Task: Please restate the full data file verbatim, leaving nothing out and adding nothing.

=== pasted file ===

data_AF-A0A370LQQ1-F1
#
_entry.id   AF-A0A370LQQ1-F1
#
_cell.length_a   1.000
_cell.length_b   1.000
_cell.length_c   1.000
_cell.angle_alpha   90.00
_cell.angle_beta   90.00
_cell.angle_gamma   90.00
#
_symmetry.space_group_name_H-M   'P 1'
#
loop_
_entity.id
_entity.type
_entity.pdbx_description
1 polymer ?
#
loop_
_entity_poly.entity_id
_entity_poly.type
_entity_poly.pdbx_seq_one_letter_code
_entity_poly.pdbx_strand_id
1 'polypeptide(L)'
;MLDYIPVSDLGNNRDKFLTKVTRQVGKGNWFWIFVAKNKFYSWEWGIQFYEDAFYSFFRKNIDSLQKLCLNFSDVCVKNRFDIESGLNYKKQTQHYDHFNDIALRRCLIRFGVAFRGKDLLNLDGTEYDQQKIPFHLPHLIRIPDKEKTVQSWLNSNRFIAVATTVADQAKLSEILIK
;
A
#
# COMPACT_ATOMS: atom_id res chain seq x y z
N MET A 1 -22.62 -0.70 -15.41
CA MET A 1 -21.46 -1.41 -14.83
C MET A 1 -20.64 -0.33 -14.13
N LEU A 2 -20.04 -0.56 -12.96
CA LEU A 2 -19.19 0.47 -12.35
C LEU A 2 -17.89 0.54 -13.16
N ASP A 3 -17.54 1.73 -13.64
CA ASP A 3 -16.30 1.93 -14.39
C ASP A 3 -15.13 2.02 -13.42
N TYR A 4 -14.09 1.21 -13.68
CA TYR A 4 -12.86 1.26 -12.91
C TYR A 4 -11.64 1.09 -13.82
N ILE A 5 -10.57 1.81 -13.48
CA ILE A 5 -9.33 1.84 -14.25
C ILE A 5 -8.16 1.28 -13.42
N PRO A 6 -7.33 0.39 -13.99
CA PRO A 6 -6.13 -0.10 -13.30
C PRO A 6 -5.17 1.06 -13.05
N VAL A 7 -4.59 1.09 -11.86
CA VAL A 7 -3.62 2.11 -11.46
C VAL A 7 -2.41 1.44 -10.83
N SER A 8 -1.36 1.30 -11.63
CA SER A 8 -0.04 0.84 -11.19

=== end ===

data_AF-A0A370LQQ1-F1
#
_entry.id   AF-A0A370LQQ1-F1
#
_cell.length_a   1.000
_cell.length_b   1.000
_cell.length_c   1.000
_cell.angle_alpha   90.00
_cell.angle_beta   90.00
_cell.angle_gamma   90.00
#
_symmetry.space_group_name_H-M   'P 1'
#
loop_
_entity.id
_entity.type
_entity.pdbx_description
1 polymer ?
#
loop_
_entity_poly.entity_id
_entity_poly.type
_entity_poly.pdbx_seq_one_letter_code
_entity_poly.pdbx_strand_id
1 'polypeptide(L)'
;MLDYIPVSDLGNNRDKFLTKVTRQVGKGNWFWIFVAKNKFYSWEWGIQFYEDAFYSFFRKNIDSLQKLCLNFSDVCVKNRFDIESGLNYKKQTQHYDHFNDIALRRCLIRFGVAFRGKDLLNLDGTEYDQQKIPFHLPHLIRIPDKEKTVQSWLNSNRFIAVATTVADQAKLSEILIK
;
A
#
# COMPACT_ATOMS: atom_id res chain seq x y z
N MET A 1 -22.62 -0.70 -15.41
CA MET A 1 -21.46 -1.41 -14.83
C MET A 1 -20.64 -0.33 -14.13
N LEU A 2 -20.04 -0.56 -12.96
CA LEU A 2 -19.19 0.47 -12.35
C LEU A 2 -17.89 0.54 -13.16
N ASP A 3 -17.54 1.73 -13.64
CA ASP A 3 -16.30 1.93 -14.39
C ASP A 3 -15.13 2.02 -13.42
N TYR A 4 -14.09 1.21 -13.68
CA TYR A 4 -12.86 1.26 -12.91
C TYR A 4 -11.64 1.09 -13.82
N ILE A 5 -10.57 1.81 -13.48
CA ILE A 5 -9.33 1.84 -14.25
C ILE A 5 -8.16 1.28 -13.42
N PRO A 6 -7.33 0.39 -13.99
CA PRO A 6 -6.13 -0.10 -13.30
C PRO A 6 -5.17 1.06 -13.05
N VAL A 7 -4.59 1.09 -11.86
CA VAL A 7 -3.62 2.11 -11.46
C VAL A 7 -2.41 1.44 -10.83
N SER A 8 -1.36 1.30 -11.63
CA SER A 8 -0.04 0.84 -11.19